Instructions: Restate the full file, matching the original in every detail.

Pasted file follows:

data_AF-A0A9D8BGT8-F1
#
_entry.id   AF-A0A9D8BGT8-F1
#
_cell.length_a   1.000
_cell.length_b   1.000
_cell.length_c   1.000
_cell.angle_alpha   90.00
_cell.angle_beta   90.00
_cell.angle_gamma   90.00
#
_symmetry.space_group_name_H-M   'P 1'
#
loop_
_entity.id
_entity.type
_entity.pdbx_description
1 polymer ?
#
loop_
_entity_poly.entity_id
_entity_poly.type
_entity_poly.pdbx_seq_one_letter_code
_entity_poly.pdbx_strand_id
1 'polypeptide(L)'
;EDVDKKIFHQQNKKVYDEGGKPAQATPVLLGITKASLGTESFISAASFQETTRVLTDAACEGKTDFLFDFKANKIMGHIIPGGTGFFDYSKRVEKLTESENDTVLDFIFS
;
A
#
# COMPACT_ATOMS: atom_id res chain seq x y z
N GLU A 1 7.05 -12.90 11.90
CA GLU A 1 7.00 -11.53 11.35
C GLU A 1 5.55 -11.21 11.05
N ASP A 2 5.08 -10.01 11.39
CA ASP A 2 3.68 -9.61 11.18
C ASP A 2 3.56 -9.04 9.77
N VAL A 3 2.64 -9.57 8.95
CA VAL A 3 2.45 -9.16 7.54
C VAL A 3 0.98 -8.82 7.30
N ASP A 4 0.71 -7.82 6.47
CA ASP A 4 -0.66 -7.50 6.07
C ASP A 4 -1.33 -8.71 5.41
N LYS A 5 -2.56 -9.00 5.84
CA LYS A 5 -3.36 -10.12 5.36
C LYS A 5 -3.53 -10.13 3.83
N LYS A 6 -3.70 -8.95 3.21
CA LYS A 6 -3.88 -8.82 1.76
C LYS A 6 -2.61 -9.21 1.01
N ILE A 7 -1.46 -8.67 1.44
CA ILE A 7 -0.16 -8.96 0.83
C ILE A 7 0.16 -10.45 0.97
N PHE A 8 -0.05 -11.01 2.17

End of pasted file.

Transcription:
data_AF-A0A9D8BGT8-F1
#
_entry.id   AF-A0A9D8BGT8-F1
#
_cell.length_a   1.000
_cell.length_b   1.000
_cell.length_c   1.000
_cell.angle_alpha   90.00
_cell.angle_beta   90.00
_cell.angle_gamma   90.00
#
_symmetry.space_group_name_H-M   'P 1'
#
loop_
_entity.id
_entity.type
_entity.pdbx_description
1 polymer ?
#
loop_
_entity_poly.entity_id
_entity_poly.type
_entity_poly.pdbx_seq_one_letter_code
_entity_poly.pdbx_strand_id
1 'polypeptide(L)'
;EDVDKKIFHQQNKKVYDEGGKPAQATPVLLGITKASLGTESFISAASFQETTRVLTDAACEGKTDFLFDFKANKIMGHIIPGGTGFFDYSKRVEKLTESENDTVLDFIFS
;
A
#
# COMPACT_ATOMS: atom_id res chain seq x y z
N GLU A 1 7.05 -12.90 11.90
CA GLU A 1 7.00 -11.53 11.35
C GLU A 1 5.55 -11.21 11.05
N ASP A 2 5.08 -10.01 11.39
CA ASP A 2 3.68 -9.61 11.18
C ASP A 2 3.56 -9.04 9.77
N VAL A 3 2.64 -9.57 8.95
CA VAL A 3 2.45 -9.16 7.54
C VAL A 3 0.98 -8.82 7.30
N ASP A 4 0.71 -7.82 6.47
CA ASP A 4 -0.66 -7.50 6.07
C ASP A 4 -1.33 -8.71 5.41
N LYS A 5 -2.56 -9.00 5.84
CA LYS A 5 -3.36 -10.12 5.36
C LYS A 5 -3.53 -10.13 3.83
N LYS A 6 -3.70 -8.95 3.21
CA LYS A 6 -3.88 -8.82 1.76
C LYS A 6 -2.61 -9.21 1.01
N ILE A 7 -1.46 -8.67 1.44
CA ILE A 7 -0.16 -8.96 0.83
C ILE A 7 0.16 -10.45 0.97
N PHE A 8 -0.05 -11.01 2.17